Newspaper of Bedford Gazette, September 21, 1860, Page 2

Newspaper of Bedford Gazette dated September 21, 1860 Page 2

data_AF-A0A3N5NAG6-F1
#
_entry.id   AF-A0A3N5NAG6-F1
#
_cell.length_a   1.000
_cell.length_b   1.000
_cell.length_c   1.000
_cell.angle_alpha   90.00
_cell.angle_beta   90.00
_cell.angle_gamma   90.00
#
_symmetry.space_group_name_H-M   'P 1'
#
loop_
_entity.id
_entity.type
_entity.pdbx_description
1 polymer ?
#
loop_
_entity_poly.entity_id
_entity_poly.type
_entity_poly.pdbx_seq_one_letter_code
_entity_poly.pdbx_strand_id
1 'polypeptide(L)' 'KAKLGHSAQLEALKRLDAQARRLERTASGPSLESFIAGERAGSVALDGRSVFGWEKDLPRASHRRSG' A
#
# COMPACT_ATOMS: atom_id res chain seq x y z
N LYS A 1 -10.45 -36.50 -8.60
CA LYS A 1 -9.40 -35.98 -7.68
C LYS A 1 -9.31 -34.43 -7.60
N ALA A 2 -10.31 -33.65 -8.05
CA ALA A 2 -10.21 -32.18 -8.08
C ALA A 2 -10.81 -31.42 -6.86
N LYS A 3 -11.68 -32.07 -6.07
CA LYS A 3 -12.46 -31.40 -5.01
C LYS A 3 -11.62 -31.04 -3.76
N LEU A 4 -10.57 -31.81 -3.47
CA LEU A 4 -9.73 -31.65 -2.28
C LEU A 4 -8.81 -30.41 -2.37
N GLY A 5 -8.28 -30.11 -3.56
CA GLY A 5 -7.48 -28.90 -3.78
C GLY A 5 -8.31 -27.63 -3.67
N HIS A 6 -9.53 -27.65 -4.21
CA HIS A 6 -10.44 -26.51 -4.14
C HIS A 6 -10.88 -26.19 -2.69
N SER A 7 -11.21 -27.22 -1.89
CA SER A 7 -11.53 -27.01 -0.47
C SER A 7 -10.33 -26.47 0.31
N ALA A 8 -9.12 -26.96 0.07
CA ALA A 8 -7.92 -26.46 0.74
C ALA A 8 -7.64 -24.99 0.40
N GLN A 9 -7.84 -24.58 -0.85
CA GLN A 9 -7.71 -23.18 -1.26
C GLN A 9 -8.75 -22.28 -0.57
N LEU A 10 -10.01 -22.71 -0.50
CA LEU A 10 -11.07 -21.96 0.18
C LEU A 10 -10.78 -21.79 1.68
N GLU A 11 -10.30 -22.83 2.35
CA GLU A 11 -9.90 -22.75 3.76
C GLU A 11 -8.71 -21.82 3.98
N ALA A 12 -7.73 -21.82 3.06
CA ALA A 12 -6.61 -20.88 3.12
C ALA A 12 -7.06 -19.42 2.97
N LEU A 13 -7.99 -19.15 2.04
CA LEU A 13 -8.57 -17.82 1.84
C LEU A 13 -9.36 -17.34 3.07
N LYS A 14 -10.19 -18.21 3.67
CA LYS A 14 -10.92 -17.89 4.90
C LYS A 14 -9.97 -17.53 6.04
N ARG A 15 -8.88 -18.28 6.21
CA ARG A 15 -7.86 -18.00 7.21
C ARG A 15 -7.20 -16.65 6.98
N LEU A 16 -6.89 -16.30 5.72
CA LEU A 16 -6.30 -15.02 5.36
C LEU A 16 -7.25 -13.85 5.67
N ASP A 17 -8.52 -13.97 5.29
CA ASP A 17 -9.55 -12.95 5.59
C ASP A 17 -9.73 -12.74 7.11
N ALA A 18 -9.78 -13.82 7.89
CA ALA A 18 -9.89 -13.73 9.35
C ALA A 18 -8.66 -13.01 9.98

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BEDFORD GAZETTE. BLBFOKfL P.-J. FRIBiV, SKP. 31, I*6o. B. F. Meyers, Editor ann Proprietor. " " for PRESIDENT, HOY STEPHEN \. DOUGLAS. OF ILLINOIS. FOR VICH-PRESI DEN F, HON. HERSCUSL V. JOHNSON, OF GEORGIA. FOR GOVERNOR: GEN. HENRI D. FOSTER, OF Wr.STMOREf.ANn COUNTY. FOR CONUKES-, Hon- WISrMAH S 5 . KC-HRLIj- OF BEDFORD FOR STATE SENATOR, lion. JOILV SCOTT. OF HUNTINGDON CO. FOR ASSEMBLY, DANIEL- B. TROUTM4N. or l.fc.X DON DE Rr. Y. IMSMOCRATJC COIEM'V TICKET. PROTHONOTARY, MAJ, SAIVIUiL H- TATE, BEDFORD BOROUGH. SHERIFF, JOHN J. CESSNA. BEDFORD BOR COMMISSIONER, RICHARD M'MULLI N, NAPIER. POOR DIRECTOR, JOHN S. BRUMBAUGH, S. WOODBERRY. AUDITOR, GEORGE BAUGHMAN. W. PROVIDENCE, CORONER, JACCB WALTER, ST. CLAIR. HON. \Y- P. SCHELL. The nomination ol the above-named gentle man as the Democratic candidate (or Congress ID this district, is hailed with the liveliest satisfaction by men of all parties who desire; lhat our National Legislature shall be com posed of good and worth}- men. In Bed lord and Fulton, the name of William P. Schell is a household word. In the remaining counties 111 this district, Mr. Schell's public services, and his integrity of character, are well known j anrt highly appreciated. We might give arti cle after article from newspapers published in various parts of the Slate, speaking of Mr. Schell's public career in the most flattering j terms. But this would be a work of supereroga tion. Our readers know the man too well , to make it necessary lor us to write or quole i utogiums upon his character. To the people id our county, Mr. Scheli has always proved a friend in all their interests. Every public enter prise calculated lor the good of the communi ty, has found him an earnest, untiring advocate, and a liberal and manly supporter. Possessing a clear and strong mind, and having at an arlj age tonr.ed habits of sobrietv and close attention to business, he has been able to accomplish wha* many would have turned from in despair. As an instance of this, we need but refer to his connection with the Broad Top improvement, which opened up a source of unbounded wealth in tiiat erewhile neglected region. Or should we desire evi dence nearer home, our readers ail know that to Wm. P. Scheli we are mainly, almost wholly, indebted for the origination and prosecution of the project to build Ihe Bedford Railroad. Everv dollar that has been expended upon the work done upon that road, was raised by Wm. P. Sclieil. When it was promised that if Mr. Scheli would be elected to the Senate, he would do ail he could lor a railroad to .Bedford, no person expected tiiat he would be able to ac complish hall that he has. His friends thought it an idle, though honest promise : his enemies denounced it as an electioneering scheme.— Yet how nobly has he redeemed his word ! How manfully has he fulfilled his promise ! Citizens of Bedford county! Democrats, Re publicans, Bell men ! Is not such a man worthy of your votes ? Is not such a citizen worthy of your encouragement ' Daniel B. Troutmsn. Esq. We owe an apology to our readers, as well as to the a!>ove named gentleman, lor not noticing in our last issue, the nomination for Assembly, made by the Democratic conferees lor this coun ty. The nomination was made during our ab sence from home, ami we were not informed of it until after our paper wns pu l to pre,-. We shall endeavor, nevertheless, to mane ample a mends for fhis unintentional omission. The nomination of Mr. Trontman H A-T excellent one and wiil bo responded to with i rousing vote in his favor wherever he is known. Should he be elected he will make an active, atfentne and faithful member. led the people of Bed ford county rally around htm, and tv securing his election, rebuke the lutle clique in Bedford which by intrigue and bargain and -ile, effec ted the nomination of C. W. Ashcom. Mr. Troutman has many friends in Somerset coun ty, where hi is weli known, and will run a large vote in ihat county. Let Bedford do her I duty anu his election is certain. djr*We are crowded with communications Our traends must have patience. Democrats, Organize! Il ts r.)w but little mrn-e than two weeks till the 2f.it initial baf'le ol the present campaign will be fought in the liiHa and valleys of Penn | sylvania. Democrats, ate yau prepared fir the tontlict ? Are you ready to 20 to the jrolis on that day, an 1 (o fight once mnr the battle ol your party and your country- ? Have yon or ganize i your districts? Have you had yourselves assessed > Have you made preparations to get • very single vote to the polls ? Il not, go to woik at once. Let not a day pass by unim proved. A victory in October insures a victo ry m November. Go to work, then, ant! let vour rallying crv be "FOSTER and VICTO RY 1" Arc you Assessed i SATURDAY, SEPTEMBER THE '29711. will be the last clay on which voters can be as sessed so as to give them the right to vote at the first election. We caii upon the Demo cratic Vigilance Committees in the various dis tricts, to have every Democratic voter assessed within the proper time, and hope that they will . at once examine the lists. The County tickets. We have thus far said but little in regard to .the claims of the candidates for the several; county offices to be filled at the coming Octo- ' her election. We have treated the Opposition nominees as gentlemen. In fact we have not . said a word against anv ol them personally, not because we could not have done so with truth,! but because we are averse to dragging perso- • nabties into politics. In dark contrast with * our course is that of the abolition organ of this place. Abuse, and slander and olackgnardisrn !of the Democratic candidates, fill its columns j j weekly. We have refrained from noticing i that paper's attacks upon our candidates, for; the reason that the PEOPLE KNOW ITS j CHARACTER, and that the PEOPLE KNOW OC ROAN DI DATES. Men like S. H. TATE, j JOHN J. CESSNA, RICHARD McMCLLIN, JOHN S. BRUMBAUGH, GEO. BAUGH -IYIAN and JACOB WALTER, need no vindi cation at our hands. The people know them \ and w ili vindicate them at the polls. On the olher hand, we oppose Messrs. BOWLES, MULLIN, FEIGHTNEK, and the rest of the Black Republican count v ticket, be cause they stand upon an unsound political plat form. because they are the nominees of a clique in Bedford borough which have chalked out for themselves ofbces and nominations to the ex clusion ot worthier men in (heir own ranks, and because, taken as a whole, the candidates on the Black Repnblican ticket, are ' not .10 well qualified to discharge the duties ot j the offices for which they are candidates, as those on the Democratic ticket. A Base Falsehood. The reckless and unscrupulous orgar. of ihe Republican party of this county, charges JOHN SCOr T , Esq., the Democratic candidate for Senator, with being in lavor of the repeal of the Tonnage Tax. This shameless falsehood is perpetrated hv that paper, in order to pot Scott on a par "vith Wharton, who is opposed by his own party on account of his being a tool of the Pennsylvania Railroad Company. That dodge won't go, Mr. Jordan. Try again, Francis. W. P. Schell's Record. We reler our readers to the record ol Mr. Sr hell on the Tariff and Extra Pay, published in this week's paper. Mr Scheli always has been in lavor of a better taritl than the present, and as everybody who knows the two men will admit, can and will do more for the Tariff, in one week, than McPherson in two years.— He has aigj been consistent ir. his opposition to Extra Pay, has ing so late as April, voted for its repeal. Ecu- John Scott. This gentleman, the Democratic candidate for Slate Senator for this district, paid our town a short visit a few days ago. %r. SCOTT IS a gentleman of fine social qualities, and made many friends here during his brief stav. We are authorized by him to state that it is not true that he is iu favor of the repeal of the Tonnage Tax. He has always been, and is now, opposed to its unconditional repeal. Mr. Scott's prospects ol success are improving daily. .T?°"The paper which first published the article concerning Mr. Curtin's calling the Hermans •'two-skulled," lias since retratcted it. It gives us pleasure to correct the state ment. The letter of FRANCIS PICARD, the Herman huckster of Snvder county, is, however, uncontradicted, and shows Mr. Cur tin to be a man unworthy to occupy so dignifi ed a position as that of Hovernor of Pennsylva nia. I'he letter, it will be remembered, re lates the incident of Curtin's shooting Mr. P.ckard's dog and then turning round and threatening to shoot Pickard himself. XF~The Adams Sentinel attacks Mr. Scheli on the score that when he was in the Stale Senate, he refused to vote with the Black Re publicans, for a resolution reflecting upon and condemning President Buchanan. The same pa| er, also, misquotes Mr. Schell's votes on the Tariff and Extra Pay. lv "e a>k the Sentinel as a matter ot justice to Mr. Sctieli, to publish his record on the Tariff and Extra Pav,as copied from the Senate Journal ir. our rtaper ol this week. Will vou do it, Mr. Sentinel ' .Cr"J. Seweli Stewart, Esq., ot Huntingdon, is announced as an independent Republican candidate for Slate Senator. The way he'll n ake Wharton's fur flv will be a caution. Democratic Meetings THE DEMOCRACY AROUSED ( THE COUNTRY ABLAZE WITH ENTHUSIASM Pursnant to the request of a number of tin leading Democrat-- of Union township, a inecj ting of the citizens of that township was calle| H at the town ol Lewisville,on Friday, Sept. 14-thl for the purpose of raising a Douglas, ami Foster pole. By eleven o clock in thty, forenoon, a large crowd had assembled to wit ness and assi>t in the raising of the pole, whic!\, was a beautiful hickory ninety four feet itc length, without splice. By noon about three;, hundred persons had gatheied in, and the lofty l , hickory, with the flag of Douglas, Johnson arid . Foster floating from its top, soon rose erect to-1 : ward the skv, ainid the cheers and shouts of the multitude. After the pole had been raised, a meeting was organized in front n( Mr. John M. Waller's store, the following named gentlemen acting as officers : President, JOHN ROYER, Sr.: \ ice Presidents, Jacob G. Divelv, Peter Sliupp, Adam Brigle, Jacob Corby, Samuel I Beaid, David Lewis, David Dickey and Henry Corle; SecretarieA, Samuel Burket, John M. Walter, Josiah Burk, Michael Wyant. The j meeting was then addressed bv Messrs. John Palmer and B. IN Meyeis, on the general issues before the people, and by Maj. S. H. Tate on j local politics. The meeting was full of enthu siasm and good feeling, and adjourned with cheers for tiie Democracy and the whole Demo : cratic ticket. Union wll give a good account ot herself in October and November, notwith standing the trick of the Opposition in having the place of holding the election moved as far from tlie Democratic voters as possible. But we must not conclude our account of this meet ing without expressing our thanks to Alr. David Lewis and family, for the kindness with which they treated us on the occasion. Long may they live and prosper. MEETINGS IN CUMBERLAND VALLEY. On Thursday night, Sept. 13th, tlie Douglas Club of Cumberland Valley, held a meeting at Crouse's School House, in that township, which was largely attended. JOHN GROUSE was appointed President; Jno. A. Gump, A. Blair, Esq., Jas. Cessna Esq., ami others whose names have not been reported to us, acted as Vice Presidents and Secretaries. Speeches viere made by O. H. Gaithep, E c q., of Bedford, and Dr. H. Hudson and Jacob Snider, of Centre viile. The best feeling prevailed in the meet ing, and all present expressed their determina tion to do all in their power for the good cause. The meeting adjourned amid great enthusiasm. . On Saturday night last, a large and enthusi astic meeting of the Democracy of'the Southern end of Cumberland Valley, was held at Houck's School House, in that township. About one hundred voters were in attendance. The meet- ing was organized by the appointment of LEVI HA RDINGER, as President: John Pool, Price Twigg, Solomon Rice, John Elliott, and Joseph Brant, as Vice Presidents; and John W. Rice and Sarn'l Wolford Secretaries. Speeches were then made by B. F. Meyers and John Cessna, Esq., after which the meeting adjourned with laud hurrahs for Democracy and the whole Democratic ticket. Our friends in Cumber land Valley deserve the highest praise for the thorough organization which they have effec ted in their township. They are a gallant hand and always light. "Little Berks" will tell a glorious tale at the coming elections. DOUGLAS & FOSTER CLUB, BEDFORD. On Saturday night last, the Douglas and Fos ter Club of Bedford borough, held their stated meeting in the Court II esse. The attendance was good. Sneeches were made |.y Mes-rs. Gailher, Dickerson, Palmer and Fisher. A bout fifteen persons added their names to the Constitution. The Club then adjourned to n --et on Saturday evening next, at wirch time a full attendance is requested. Bloody Run, Pa., Sept. 15th, ISP>O. iln. MEYERS ; Is it true, Mr. Editoi, tha C. W. ASMCOM, the R -publican candidate for itie Legislature, voted against WILMOT in 1*37, when he was presented bv the Repnbli i*n party as their candidate for Governor ? Js it true that ASHCOM and MULLIV were nominated through the influence of Fr. Jordan,Mor the purpose of keeping all the nominations outside of Bedford borough, at this time, so that his brother-in-law. Over, may receive the nomination for the L-gislaturt in 1862 ? These are stated to be facts, m our Township, anc some of us would like to know whether or not they are correct. Answer and oblige a voter of WEST PROVIDENCE TN. LUUIt is hardly expected of us that we should answer the above questions. We know only tins in regard to the fust, viz ; that we have been informed by a gentleman who knows the fact, that Mr. Aschom did vote against WIL MOT when he was the Republican candidate for Governor three years ago. We know like wise that JONATHAN FEIGHTNER, the Re publican candidate for Commissioner, voted for JAMES BUCHANAN, in 1856. Then we have COL. WHARTON, who helped to defeat KOON TZ in IBsr. Surely, the Republicans of Bedford county have a good appetite for swallowing fishy candidates. As to the bar gain and sale by which Ashcom and Mullin were nominated, that is in every body's mouth, though the idea of nominating the brother-in law in 1862, is laughed at by ail f>arlies. Democratic Meetings, There will be a grand rallv ot the Democra cy at THOMAS C. REIGHARD'S, in Union township, on Friday, September 28th. A mass meeting ot the Democrats of Union township, will he held at the house of MICHA EL W \ AN T, in that township, on Fridav, Oc tober s:h. Able speakers will be present to address these meetings. Rally, Democrats. ißead! Read!! Read!!! ! WIIAKTOVS KECOEtD. \ WHAT IS SAID OF HIM BY HIS OWN PARTY. HE SOLD KOONTZ IN 1857. In order thai our Opposition friends mav be enlightened as to the position Mr. Wharton, their nominee tor State Senator, occupies in his ; own county, we give the following extracts from Ihe PeoptCe Defender , a Republican pa per published in Huntingdon, the town in U bicli Mr. Wharton resides. Jt will be ob served that that paper charge? Wharton with j ;>eing in favor ol the repeal of the Tonnage Tax mil also that he opposed Gen. Koontz for the -enate in 18f>7. j>. £!. Wharton and the Three Mill Tax- Tiiat Urn triumvirate which controlled the ate Republican county convention had an eye i business is as plain as the noon-day's sun to giose who are observant of political events. — 'hey not only thwarted the will of the prople jj the selection ol candidates by their chicanery, it .-tilled an expression of the sentiments ol the I utv upon one ol tlie most vital questions of the j iy, with regard to the financial affairs ot our j unman wealth—to wit : (tie Repeal of the Itiree Mil! lax. Chat the opponents of Loco icoism in this county are opposed to the repeal • the tax is a fact beyond disnute. For several ' I years pas', their Conventions have passed res tit ions ot instruction upon the -übject, 3iid all (miniates for legislative honors were given to iJersland tfiat tliey could not receive the sup : ptof the party without giving an emphatic : eiorsement ot those sentiments. No longer faa than last fall did the people of this county I raise to elect R. B. Wigton because he was 1 p-sumed to be favorable to the repeal, not wlistanding he was pledged against it. Did : tt late Convention re-assert tfie will of those tht placed tliem in power. NO! And why ? B;ause Wharton, Blair and Leas controlled tlir action, and the former two did not want . an ie.-traint thrown upon them should they be eltked. They wanted to go to the legislative hali with their votes untrammelled so that they mijt vote in whatever direction their own pecuniary advancement lay, not careing for the inteest of the people. It is a significant fact I thaJthissubject was allowed to remain sileni by ie Convention, and especially at this time vvhn it ha 3 culminated to one of importance ; andis about to be brought to a direct issue.— Thee is something in this thing, ami a "good thitj," can be made out of it by those who have thevoting power in their hands in the legtsia tivehalls. Imagine tor yourself Wharton in tiieSenat" and Blair in the House, both unpled gedbpon the subject. The bill come/up—the strugs of the deep purse of the lYnusy Ivanid Raixoad Company are loosened—coal, crosstie andwcod contracts held up to their view, and whi do you suppose the result would be. To use >ur poetical correspondent's words they ""•on!d vote it through," without repaid to the inters! of those whom they represent. That Win* ton is a railroad man is evidenced from tin tact fiat he rides in the cars of the Central coni panyupon a "Free Ticket," {a tiring not gener ally jestowod upon private citizens) and his son is th<j Agent of the company at this place. If he is }iot in lavor with the company why did they give him a "pass" over their road. They had a motive in view in giving it to him. He has Itil them to believe that he is a prominent politician, and will be likely to get into a po sition in which he may no thern a favor. Yet, not withstanding the "pass" and the agency, he pretends *< be opposed to the comptnv : and whv ' Because tie wants, in the first place, to b<- elected, and in the second to lie bought Wiiartou Sold Koontz Three Years L.gi. The Journal and .Jmerimn of iast week, in an editorial article, which was certainly writ ten by S. S. Wharton, judging from the bung ling and ungrammatical manner in which it was pnt up, charg-s J S. Stewart with oppo-itig the election ot Gen. iv ■ ontz three years ago. The statement is unqnaliti-div false, beside be ing written in miserable English, and the edi tion should not adopt, -s editorial, the writings of a man who spells blood, "IVMC/," and Jeremi ah with a "G." Mr. Stewart supported Gen. K. all through the campaign and voted (or him, which is more I ■ *ri Wi a: tort did. Wharton and at least for ty of hi s friends in to is town, voted for Schell, tn consideration of which, an equal number of \ Democrats vote<! for Wharton. For the truth ; of this statement, we refer to William Colon, Post Master, and Wiiliain Lewis. Editor of the J Globe, and others here conversant with the ar- ! langement. There is any quantity ot proof here to show it. The other charge that Wharton's friends : gave to Mr. S. the conferees three years ago, is I simply not true and too contemptible tor notice, j His own friends gave them to him. The inen i that Wharton could influence cast their votes j tor another man. Is this satisfactory ? I-or the. Gazette. A "Political" meeting was held at Stoners- i town, last Friday evening. Tile attendance was very small. Hon. E. McPherson opened the proceedings by stating that "he did not come here to make a speech—only a talk."— .Mr. McPiiersun remarked that the only ques tion before the people in this canvass was the Tariff, all others were merely modifications of it. His elaboration of the ' Tariff dodge" produced considerable yawning and ne gentle man remarked —"what's the use of you talking about it J Don't you see a lot o( locofocos laughing at you ? Nothing daunted, Mr. Mc- Pherson went oil to appeal to the voters. h° said if they did not wish to vote for Lincoln, they could vote for the Republican, or the People's party. Now it has puzzled many in this section to know which shade ot the union splitting party, is engaged in the tariif dodge— Mr. McPherson spoke in terms ofpra t seo! Hon. W. P. Schell, but contended that he was the better Tariff man—tried to show that from the want of a protective tariffthe district embraced m a few miles here has lost "hundreds of thousands of dollars!"—accused the democrat ic party with being extravagant, and modestly wound up by informing - the 'audience '.hat he saved the country four millions of dollars, by his vote on the government expenditure esti mates. Great is Diana of the Ephesians ! Sambo was entirely ignored. At this stage of the Pow wow, ennui had set in, with many decided symptoms ofa general stampede. The spirit, however, moved Mr. Abe. Moore, of Coalmont, and Mr. Moore moved Mr. ShirJv to address the meeting— Mr. Stiiriy declined to speak, but suggested! that Mr. Moore officiale. Mr. Moore advances to the desk, with the "slow and steady march of a jockos- to a perk of oat?," and with a majestic wave of his hand to (he President, and "feller citizens" he opened his "speech"— I reminds his lell. r citizens that In* is not in the habit of making speeches, but • bought lie would get up ami talk—or amuse them —remarked that the Honorable gentleman who has jus', sat down, has made a logical speech, in fact, that he has no inferior in the State of Penn- ; svlvania—opposes Guerrilla tactics in politics : sacs that Douglas is the regular nominee of tlie Democratic party—that Breckinridge is only a Guerrilla—(we trust this will effectually settle the question)—thinks that politics are very treacherous—"would steal the bread and|butter from a man"—again notifies the audience that lie is not making a speech (no person doubted this fact) —in conclusion hopes that everv voter would vnte for Lincoln—thinks that Wharton should be elected—and concluded by slating that lie was impelled to make a speech for two grand reasons, first for the tariff, and second, he was "so striking/if struck by the Honorable •gentleman just sat down." This meeting caps the cliinax. LIBERTY. iii i i iSi i 1; MR. SCHELL'S TARIFF RECORD. In the Slate Senate, on the 19th day of Jan uary, IS:>9, the following tariff"resolutions were voted lor, viz : WHEREAS, The experience of the past and present most fully demon-Irate that if is a wise ; and beneficent policy ol the General Govern ment, which declares the imposition of duties on such products of foreign nations as come m such ' direct contact with those of our own country, as to injure and prostiafe the trade in our own soil, ami among our own citizens. '1 he artizans an i laborers in many department of trade are compelled to abandon then- accus- ' turned pursuits—especially do ouruvvncoal and iron interests suffer : therefore Kesotved by the Sertoli? and House of llepre srntrifives of the Commonwealth of l'ennsi/l rutin, i ,-t Gene/til tenth! t/ ni't , That our Sen ators in Congress be instructed, ami our Repre sentatives requested to labor for the passage (at the present session) of such an act as will not on- ly tend to increase the revenue bv the imposi tion of duties, but afl'ird ample encouragement In a!l the interests of the country, injured by the productions of the cheap labor of other na tions ; but more especially t<> urge an increase of duties on coal and iron, in which a portion ot our own people are deeply interested. Resoivsd , That the views of the President, expressed iii his late annual message jn reference to the advantage of definite or specific duties o ver ad ttolorem duties, as more uniform, less lia ble to frauds, and affording I he most certain and uniform amount of revenue, meet our hearty approbation. Resolved, That the Governor be requested to forward to each of our Senators and members of Congress, a copy ot the above preamble and re solutions, informing them of their adoption. Oo the passage of the resolution, the vote stood, AYES— Messrs. Bell, Baldin, Coffey, Craig, Fetter, Finney, Francis, Gazzam, (iiegg, Harris, Keller, Marsel.i--, Miller, Mver, Nunemacher, Palmer, Parker, Penney, Randali, Rutherford, SCHELL, Scolield, Sbaeffer, Schindel, Steel, Thompson, Twrney, Welsh, Wright, Yardley and Cresswell, Speaker —3l. AA\ S— Nolle. In the Senate, on the 30th of .March, IS6O when certain tarifl resolutions were pending, Mr. Schell offer---! the above resolution, es an amendment, and the vote was as follows, viz ; \ EAS—Messrs. Biood. B-11, Craig, Craw ford, Keller, Marstllis. Millet, SCbELL, Schindel, Turney and Weish—ll N A \ S—Mesr, Baldwin, Benson, Connell, Finnev, Gregg, Hall. Imbrie. Iristi, Ketcham, Landon. Met .ore, Meredith, Palmer, Parker, Penn-v, Ruiher; rd, Smith, Thomp son, \ <i-.I!->v and Francis, Shaker —CI. Every D-moerat voted for the resolution, and every Republican voted again t them. NiR. SCHELL'S VOTE ON THE rXTR--PAY QUESTION. In the State Sen at-, on the 7'h of April,*,'BfS, on the motion of Mr. Ely and Mr. Buckalew, to amend Section oS of the appropriation bi!!, by striking out thai part which allows extra pay "to members ot the present Legislature," the yeas ami nays were required, and were as follows : YE \S—Messrs. Buckalew, Coffee, Craig, Ely Evans, Fiancis, Harris, Laubach, SCHELL, Shaeffer, Souther, Steele, Turney, Wright anri Welsh, Speaker—ls, NAYS Messrs. Bell, Brewer, Cresweli, Fetter, Finney, Gazzam, Gr>-gg, Ingram, Knox, Marseille, Mver, Randall, Rutherford, Scofield, Straub and VVilkins—l6. Again, on the !4-th of April, 1 M.nS, Mr. Schell submitted the following resolution, viz: "Resolved, That the Committee of Confer enc •. on the part ofthe Senate, on the appro priation bill, be requested to insist on striking out of said bill the clause which authorizes the payment of two hundred dollars in addition to the regular pay, to the members of the present Legislature." A motion was made bv Mr. Souther and Mr. Gazzam (two Republicans) to postpone the question, together with the further considera tion of the subject, indefinitely. AYES—Messrs. Hell, Cress well, Fmnev, Francis, Gazzam, Gregg. Ingram, Marsellis, Miller, Myer, Randall, Rutherford, Souther, Steele, Straub, and Wilkins —l7. NAYS—Messrs. Buckalew, Craig, Elv, Evans. Fetter, Harris, Knox, Lauhauch, SCHELL, Scofield, Shaeffer,Turney, IVlight, and Welsh, Speaker—l 4. In the State Senate onthe first of April, IS6O, on the motion to reduce the compensation of members of the Legislature from seven hundred dollars, to five hundred dollars per annum, — the vote was as follows, viz : YEAS—Messrs. Baldwin, Brewer, Coffey, Craig, Fetter, Harris, Keller, Miller, Nnne rnacher, Rutherford, SCHELL, Scofield, Shaef fer, Schindel, Steele, Thompson, Turney, Welsh Wright and Yardley—2o. NAYS—Messrs. Francis, Gazzam, Gregg, Marsellis, Myer, Palmer, Parker, Penney, Ran dall and Cresswell—lo. ;S k k k k k k Ik k k k THE RAIL-SPLITTERS IN WOOBBERRY A correspondent wnting froyi Water Street, gives us the following graphic account ot a re cent Black Republican meeting in Wood berry. "At noon, a delegation o ipjteen came p a! ,t this place lor Palton.sville. They had t V o r/raras {an i 1 heard a httirtin horn blovi/,<r. When they came back quite a crowd was witn them —all say t0, viz: about 4-0 men and 20 boys. In this crowd I saw a number from Hopewell Tp , South Woo J berry, Blair Coun ty, and the rest— If), only belonging to Middle Woodberrv. I was very much impressed with the propri ety of one of their banners. Shall I describe it It was of rather dusky line, indeed, so much so that the difference betweeen its color and that of "Old Hen" could not be detected. Was it not appropriate ? A significant answer will be found in the fact, that when it was brought nut this morning, a verv good Republican said "/ wis n Lincoln man but that Jlnar mokes rne vote for DOUGLAS." —Well, AlcPherson came. I, with many others thought a speech worth hearing might be forthcoming, and from what was reported, it was to be a least of intellect. But what a delusion ! If he is a sample of the "wise men" of the great "Sanhedrim" of our country, we may well cry "God save the com mit! Wealth !" Self-importance is his whole stock in trade. He savs he can beat Mr. Schell but tfiat lie is sorry to do so. What a pity If Mr. McPherson could be bought at the valua tion other people put U|>ou torn, and be sold at his own, a little fortune could be made by the operation. Air. McPnerson lound quite a hobby when he touched upon the union ot the Douglas and Hell men in New York. Oh! what a shame lor conservative parties to unite to bring about the defeat of Abraham, the union-splitter. Said he, "The Republican party fuses with none if never wanted the. tail ends of other parties to help it. The Honorable gentleman must be vety iorgetlul if he cannot remember that in 1856, ln> party sought the aid of the American party in every state where it could command a vote. Oh ! liu, they nevei t'used ! But let him alone m his confidence, hi-, atrogauce and con ceit. Let him go on despising the assistance ot those who formerly elected him, and we'll Scfiell him out of his Congressional nest on the second Tuesday of October. I have heard some talk of profanities being used bv Democratic speakers at Bedford. If you had heard a certain one of the orators (?) at this meeting you would have come to the con clusion that Black Republican speakers are not ail aints. This thing I speak of did say he "tcot/A/ rather approach the gorge of hell than the Democratic party." That must be good moral (?) g > £ pel. fie said "Douglas' mouth was a fit abyss tor devils to dwell in." That's not had language; not at all to be uttered from a pieacher's potcb. But I will leave him—the contempt ot a good man would (he long before it could reach the depths in which he wallows. The upshot is that the great Republican mee ting in Woodberry of September Bth., iB6O, was a giand fizzle. THE SHIPMENTS or COAL OVER THE HUNTING DON* AND BROAD TOP MOUNTAIN RAILROAD, FOR THE WEEK ENDING Sept. 5, 1860, AMOUNTED TO Tons. 4,550 Previously this year, 122,721 Total, 127,271 Same time last year, 82,684 Increase, 44,587 !LP"Physicians are generally loth to speak a word m praise ot what are called "patent medicines." Indeed, it is an article in. the code of medical ethics, '.hat a physician who sanctions the use of such remedies cannot be considered a member of the National Associa tion. But there are exceptions to the most stringent rules, and many of the disciples of Esc u lap ins have actually b-en compelled, bv the force cf facts, to recommend the ne o) DR. HOSTETTERS STOMACH BITTERS, tor | thus - diseases which are particularly prevalent during tiie summer and fall. 'They have ascertained that there are no remedies in the pharmacopeia which can compare with this wonderful compound for derangement of the sv>t-m. Thousands of tamilies residing along the low grounds of the Western and Southern rivers, are now convinced that thev have found a medicine peculiarly adapted for their aii | merits, while in oth-: portions of the country, during the summer months, the demand for the article? is equally large. ! Sold by druggists and dealers generally. 'XT-See advertisement in another column. —MA iIRIED- On the 6tii, by the Rev. H. Heckerman, Mr. Joseph D. Sleek, to Miss Emanda Hamer, both of St. Clair township. On the 11th, by the same, Mr. Wilson Spi dle, to Miss .Marthi Straiten, both of Bedford. jOUBLIC SALE OF REAL ESTATE 4 IN NAPIER TOWNSHIP. By virtue of an order of the Orphans' Court of Bedford county, the undersigned, acting Executor of Thomas McCreary, late of Napier Township, dee'd, will expose to public sale upon the premises, the real estate of said dee'd, on Thursday lite, 18th day of October next. Said estate consists of four tracts, viz : The Mansion tract, containing 409 acres, r bcut 125 acres cleared and under fence, with two log houses and log barn thereon erected; also an apple orchard thereon, situate on the head waters of Dunning's creek, and having a good spting of water on the premises, adjoining lands ot Ceo. N. Elli?, Emar.uel Weaver, Jos. Black, Win. Wolf ami others. ALSO, i One other tract, containing one hundred and ; fifty tour acres, about 50 acres cleared ; th improvements are a log house znd lo bayn, and a small young orchard, adjoining the above on Dunning's creek -.this tract, as well as the above, contains good meadow land. ALSO, One other tract containing IJS acres, ad joining the above, and having therpon erected a iog house and log barn. Ibis tract contains a good apple orchard ; also a spring of wafer near the house, and sood meadow land. ALSO, One other tract adjoining the above, and, containing about 63 acres, about 40 ot which are cleared. The improvements are a leg j house, log barn, apple orchard, &c. Sale to commence at 10 o'clock, A. M 7 ERMS made kn own on dav ot sales HENRY TAYLOR, acting ExV.r of THOMAS McCREAKY, dee'd. Sep. 21, 1860,